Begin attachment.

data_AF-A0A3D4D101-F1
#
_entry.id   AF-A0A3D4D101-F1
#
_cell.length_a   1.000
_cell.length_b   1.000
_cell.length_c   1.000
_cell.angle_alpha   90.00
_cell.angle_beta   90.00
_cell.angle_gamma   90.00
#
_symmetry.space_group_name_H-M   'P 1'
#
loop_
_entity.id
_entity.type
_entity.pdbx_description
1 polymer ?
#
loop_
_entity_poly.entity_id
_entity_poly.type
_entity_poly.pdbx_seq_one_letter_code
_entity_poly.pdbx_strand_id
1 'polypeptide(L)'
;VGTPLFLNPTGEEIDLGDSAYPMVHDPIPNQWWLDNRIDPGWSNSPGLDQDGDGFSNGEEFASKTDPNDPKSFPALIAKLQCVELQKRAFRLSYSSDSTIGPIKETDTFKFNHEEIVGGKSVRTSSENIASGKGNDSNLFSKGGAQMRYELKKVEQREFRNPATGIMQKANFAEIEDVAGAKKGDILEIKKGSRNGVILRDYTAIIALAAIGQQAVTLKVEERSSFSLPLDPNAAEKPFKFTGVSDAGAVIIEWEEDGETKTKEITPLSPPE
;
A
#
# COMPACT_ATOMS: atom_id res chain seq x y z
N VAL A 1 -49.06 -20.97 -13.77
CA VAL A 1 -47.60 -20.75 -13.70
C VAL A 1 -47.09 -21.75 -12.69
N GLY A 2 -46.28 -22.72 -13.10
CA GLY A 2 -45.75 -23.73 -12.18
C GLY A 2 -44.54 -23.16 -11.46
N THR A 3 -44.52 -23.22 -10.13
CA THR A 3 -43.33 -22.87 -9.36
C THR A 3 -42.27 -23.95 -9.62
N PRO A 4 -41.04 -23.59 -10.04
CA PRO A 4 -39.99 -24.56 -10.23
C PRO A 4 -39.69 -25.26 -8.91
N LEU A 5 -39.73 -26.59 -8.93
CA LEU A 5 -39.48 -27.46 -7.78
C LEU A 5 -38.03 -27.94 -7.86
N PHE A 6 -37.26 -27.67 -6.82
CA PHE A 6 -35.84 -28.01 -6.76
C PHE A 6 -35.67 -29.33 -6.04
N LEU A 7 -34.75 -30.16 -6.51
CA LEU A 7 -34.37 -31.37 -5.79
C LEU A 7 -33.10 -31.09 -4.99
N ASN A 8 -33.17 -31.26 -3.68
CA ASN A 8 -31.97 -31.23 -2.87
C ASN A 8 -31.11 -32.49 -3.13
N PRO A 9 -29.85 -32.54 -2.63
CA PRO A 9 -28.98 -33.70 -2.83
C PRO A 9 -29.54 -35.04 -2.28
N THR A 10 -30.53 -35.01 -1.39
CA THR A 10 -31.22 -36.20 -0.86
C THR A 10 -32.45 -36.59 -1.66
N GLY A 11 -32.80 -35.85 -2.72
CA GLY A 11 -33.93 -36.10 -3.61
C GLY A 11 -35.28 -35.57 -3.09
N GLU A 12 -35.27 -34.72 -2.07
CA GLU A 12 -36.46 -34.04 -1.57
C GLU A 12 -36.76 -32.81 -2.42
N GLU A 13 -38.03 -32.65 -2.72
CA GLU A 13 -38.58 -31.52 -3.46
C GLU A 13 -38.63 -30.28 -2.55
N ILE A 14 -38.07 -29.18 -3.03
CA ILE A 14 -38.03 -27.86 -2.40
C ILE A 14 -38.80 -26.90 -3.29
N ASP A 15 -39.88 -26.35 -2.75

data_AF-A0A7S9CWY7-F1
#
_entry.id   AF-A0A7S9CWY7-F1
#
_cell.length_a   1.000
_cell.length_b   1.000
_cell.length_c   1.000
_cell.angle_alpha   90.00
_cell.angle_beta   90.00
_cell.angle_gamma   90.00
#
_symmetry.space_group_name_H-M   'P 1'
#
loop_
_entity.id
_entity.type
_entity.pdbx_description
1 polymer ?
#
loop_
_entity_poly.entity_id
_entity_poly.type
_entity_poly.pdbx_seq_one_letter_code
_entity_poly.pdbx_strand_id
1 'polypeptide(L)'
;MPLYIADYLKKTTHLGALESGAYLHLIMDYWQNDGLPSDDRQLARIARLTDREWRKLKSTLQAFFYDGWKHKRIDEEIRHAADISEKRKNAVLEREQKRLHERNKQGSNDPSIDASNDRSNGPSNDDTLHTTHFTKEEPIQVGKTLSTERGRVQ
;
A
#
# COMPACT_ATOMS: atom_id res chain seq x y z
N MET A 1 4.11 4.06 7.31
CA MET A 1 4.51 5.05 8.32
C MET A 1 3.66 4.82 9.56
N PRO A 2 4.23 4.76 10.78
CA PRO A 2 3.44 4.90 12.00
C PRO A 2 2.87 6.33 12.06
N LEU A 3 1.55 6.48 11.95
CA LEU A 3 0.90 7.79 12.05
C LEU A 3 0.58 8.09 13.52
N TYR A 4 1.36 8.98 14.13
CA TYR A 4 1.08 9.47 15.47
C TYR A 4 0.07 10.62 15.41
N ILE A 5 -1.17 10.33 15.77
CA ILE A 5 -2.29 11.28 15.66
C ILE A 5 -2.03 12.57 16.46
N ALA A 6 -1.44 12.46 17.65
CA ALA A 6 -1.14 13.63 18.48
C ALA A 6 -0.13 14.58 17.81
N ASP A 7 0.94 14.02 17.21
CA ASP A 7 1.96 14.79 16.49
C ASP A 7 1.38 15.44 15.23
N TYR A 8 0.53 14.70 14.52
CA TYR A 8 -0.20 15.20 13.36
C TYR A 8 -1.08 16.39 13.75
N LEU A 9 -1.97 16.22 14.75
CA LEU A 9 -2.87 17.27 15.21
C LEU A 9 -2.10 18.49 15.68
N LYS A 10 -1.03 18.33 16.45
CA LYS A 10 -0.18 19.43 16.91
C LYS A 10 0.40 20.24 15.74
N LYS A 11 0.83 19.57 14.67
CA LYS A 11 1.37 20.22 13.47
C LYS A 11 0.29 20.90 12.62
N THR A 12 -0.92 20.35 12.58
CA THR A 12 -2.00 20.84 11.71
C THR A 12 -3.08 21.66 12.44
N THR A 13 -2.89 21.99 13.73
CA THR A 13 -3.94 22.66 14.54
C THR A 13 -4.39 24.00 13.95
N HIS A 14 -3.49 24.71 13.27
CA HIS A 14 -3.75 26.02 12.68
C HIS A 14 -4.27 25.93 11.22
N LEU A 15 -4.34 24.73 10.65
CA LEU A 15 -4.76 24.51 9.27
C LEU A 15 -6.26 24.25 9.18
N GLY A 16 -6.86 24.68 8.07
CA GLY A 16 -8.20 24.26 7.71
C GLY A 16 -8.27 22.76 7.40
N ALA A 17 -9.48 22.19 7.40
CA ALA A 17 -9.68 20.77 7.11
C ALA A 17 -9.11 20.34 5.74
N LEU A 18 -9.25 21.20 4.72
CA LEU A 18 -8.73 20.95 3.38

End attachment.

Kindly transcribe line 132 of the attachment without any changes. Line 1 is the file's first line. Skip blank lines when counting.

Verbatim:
CA LYS A 10 -0.18 19.43 16.91